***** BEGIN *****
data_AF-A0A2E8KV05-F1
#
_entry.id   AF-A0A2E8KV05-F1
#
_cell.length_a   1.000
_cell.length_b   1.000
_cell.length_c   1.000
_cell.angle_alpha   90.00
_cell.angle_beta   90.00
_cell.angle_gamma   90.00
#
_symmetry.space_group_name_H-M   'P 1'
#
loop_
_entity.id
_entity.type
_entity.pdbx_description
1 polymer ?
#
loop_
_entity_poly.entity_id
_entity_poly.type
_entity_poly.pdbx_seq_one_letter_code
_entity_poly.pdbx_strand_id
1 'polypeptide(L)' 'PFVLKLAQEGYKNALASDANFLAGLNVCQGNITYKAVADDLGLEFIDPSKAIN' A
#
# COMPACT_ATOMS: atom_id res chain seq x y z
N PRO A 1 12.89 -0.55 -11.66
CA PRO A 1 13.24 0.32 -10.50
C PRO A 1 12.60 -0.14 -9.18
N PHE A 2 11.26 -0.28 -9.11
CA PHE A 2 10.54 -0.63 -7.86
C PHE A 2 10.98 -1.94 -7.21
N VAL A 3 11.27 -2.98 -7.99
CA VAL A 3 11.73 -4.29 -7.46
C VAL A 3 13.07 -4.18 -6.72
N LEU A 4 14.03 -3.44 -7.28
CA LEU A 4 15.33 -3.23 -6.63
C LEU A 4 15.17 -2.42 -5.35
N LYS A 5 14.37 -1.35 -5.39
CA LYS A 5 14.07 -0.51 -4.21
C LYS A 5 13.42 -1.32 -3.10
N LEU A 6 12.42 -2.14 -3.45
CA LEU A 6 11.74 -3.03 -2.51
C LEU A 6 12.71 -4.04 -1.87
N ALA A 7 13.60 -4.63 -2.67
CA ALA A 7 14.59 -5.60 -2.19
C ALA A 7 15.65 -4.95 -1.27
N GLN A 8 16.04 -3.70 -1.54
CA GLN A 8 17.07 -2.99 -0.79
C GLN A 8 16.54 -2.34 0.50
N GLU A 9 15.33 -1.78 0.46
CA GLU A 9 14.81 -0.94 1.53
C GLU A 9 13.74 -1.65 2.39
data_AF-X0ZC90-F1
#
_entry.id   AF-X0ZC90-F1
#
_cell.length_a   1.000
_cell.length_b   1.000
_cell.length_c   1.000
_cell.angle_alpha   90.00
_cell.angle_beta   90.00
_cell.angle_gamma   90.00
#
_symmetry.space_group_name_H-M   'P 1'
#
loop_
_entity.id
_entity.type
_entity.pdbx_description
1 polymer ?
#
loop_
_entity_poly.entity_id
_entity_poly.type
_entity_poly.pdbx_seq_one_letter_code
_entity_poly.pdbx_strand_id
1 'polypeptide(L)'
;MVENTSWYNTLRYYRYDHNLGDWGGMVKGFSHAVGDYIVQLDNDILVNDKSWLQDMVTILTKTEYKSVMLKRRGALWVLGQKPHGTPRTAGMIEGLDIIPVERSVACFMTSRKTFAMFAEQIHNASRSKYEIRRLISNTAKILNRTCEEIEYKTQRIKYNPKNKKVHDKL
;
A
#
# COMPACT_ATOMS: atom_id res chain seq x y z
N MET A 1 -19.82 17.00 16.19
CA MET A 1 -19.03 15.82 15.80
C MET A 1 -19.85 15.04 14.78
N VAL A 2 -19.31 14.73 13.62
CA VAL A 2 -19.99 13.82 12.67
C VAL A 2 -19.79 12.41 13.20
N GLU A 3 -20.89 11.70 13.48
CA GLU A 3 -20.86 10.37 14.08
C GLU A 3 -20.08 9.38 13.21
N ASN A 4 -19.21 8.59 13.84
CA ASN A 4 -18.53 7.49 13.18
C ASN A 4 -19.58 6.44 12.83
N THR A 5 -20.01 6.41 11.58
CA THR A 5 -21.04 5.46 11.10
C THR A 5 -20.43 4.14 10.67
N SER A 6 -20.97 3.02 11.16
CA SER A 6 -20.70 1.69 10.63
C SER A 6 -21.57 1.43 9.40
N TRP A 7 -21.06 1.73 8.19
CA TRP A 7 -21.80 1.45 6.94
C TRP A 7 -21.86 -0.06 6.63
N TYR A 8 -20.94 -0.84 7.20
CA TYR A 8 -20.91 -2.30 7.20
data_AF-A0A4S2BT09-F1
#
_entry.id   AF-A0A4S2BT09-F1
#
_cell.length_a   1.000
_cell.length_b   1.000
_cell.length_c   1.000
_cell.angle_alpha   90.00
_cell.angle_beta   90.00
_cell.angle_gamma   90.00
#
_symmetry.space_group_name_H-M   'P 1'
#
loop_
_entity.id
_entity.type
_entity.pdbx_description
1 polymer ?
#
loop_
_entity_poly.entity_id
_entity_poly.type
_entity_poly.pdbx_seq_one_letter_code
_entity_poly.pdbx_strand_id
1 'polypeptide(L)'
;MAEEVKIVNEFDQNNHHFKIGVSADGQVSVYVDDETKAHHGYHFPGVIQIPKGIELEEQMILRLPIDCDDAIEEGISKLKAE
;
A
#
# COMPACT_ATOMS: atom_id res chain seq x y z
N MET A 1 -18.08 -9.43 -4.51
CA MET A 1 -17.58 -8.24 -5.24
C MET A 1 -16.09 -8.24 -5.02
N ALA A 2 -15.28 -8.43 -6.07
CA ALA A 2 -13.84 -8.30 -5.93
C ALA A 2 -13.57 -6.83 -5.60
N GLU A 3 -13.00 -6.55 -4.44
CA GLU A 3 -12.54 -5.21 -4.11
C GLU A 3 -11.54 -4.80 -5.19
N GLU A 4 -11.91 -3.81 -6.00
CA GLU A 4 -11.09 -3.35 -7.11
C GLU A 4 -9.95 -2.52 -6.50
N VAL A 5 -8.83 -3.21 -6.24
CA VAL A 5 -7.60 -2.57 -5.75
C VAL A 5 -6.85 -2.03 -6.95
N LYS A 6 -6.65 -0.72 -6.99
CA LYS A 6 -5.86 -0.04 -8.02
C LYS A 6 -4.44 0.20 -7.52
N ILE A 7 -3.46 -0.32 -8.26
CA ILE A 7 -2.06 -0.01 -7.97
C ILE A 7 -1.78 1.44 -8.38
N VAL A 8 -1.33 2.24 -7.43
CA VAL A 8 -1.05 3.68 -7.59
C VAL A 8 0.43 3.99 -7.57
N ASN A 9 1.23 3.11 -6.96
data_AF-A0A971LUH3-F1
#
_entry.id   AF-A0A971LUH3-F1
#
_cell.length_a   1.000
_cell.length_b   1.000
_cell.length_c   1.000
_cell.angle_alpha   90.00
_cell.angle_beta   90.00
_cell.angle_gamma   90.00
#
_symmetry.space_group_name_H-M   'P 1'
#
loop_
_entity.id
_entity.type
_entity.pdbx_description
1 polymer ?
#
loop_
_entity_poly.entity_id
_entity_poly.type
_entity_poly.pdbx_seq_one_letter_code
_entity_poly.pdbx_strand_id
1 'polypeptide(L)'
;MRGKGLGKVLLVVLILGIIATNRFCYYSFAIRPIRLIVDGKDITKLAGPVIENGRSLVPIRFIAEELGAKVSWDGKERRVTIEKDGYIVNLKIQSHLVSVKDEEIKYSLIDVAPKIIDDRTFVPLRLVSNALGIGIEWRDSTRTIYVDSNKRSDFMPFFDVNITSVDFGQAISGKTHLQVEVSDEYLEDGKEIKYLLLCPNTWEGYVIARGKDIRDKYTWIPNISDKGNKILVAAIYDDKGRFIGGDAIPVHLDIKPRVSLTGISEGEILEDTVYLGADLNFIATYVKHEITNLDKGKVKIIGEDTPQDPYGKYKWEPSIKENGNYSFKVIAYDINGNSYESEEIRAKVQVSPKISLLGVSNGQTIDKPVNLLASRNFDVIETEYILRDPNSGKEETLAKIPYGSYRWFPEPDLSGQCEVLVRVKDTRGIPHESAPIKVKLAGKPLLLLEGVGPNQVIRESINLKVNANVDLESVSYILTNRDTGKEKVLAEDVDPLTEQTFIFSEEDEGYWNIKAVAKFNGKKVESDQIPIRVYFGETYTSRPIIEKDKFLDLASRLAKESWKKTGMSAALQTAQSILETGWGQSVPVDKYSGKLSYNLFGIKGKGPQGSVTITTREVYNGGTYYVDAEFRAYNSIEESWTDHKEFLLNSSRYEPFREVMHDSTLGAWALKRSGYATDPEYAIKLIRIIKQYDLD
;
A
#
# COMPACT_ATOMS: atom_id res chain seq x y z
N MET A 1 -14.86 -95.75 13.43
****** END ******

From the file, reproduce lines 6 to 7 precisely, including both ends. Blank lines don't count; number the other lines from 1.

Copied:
_cell.length_b   1.000
_cell.length_c   1.000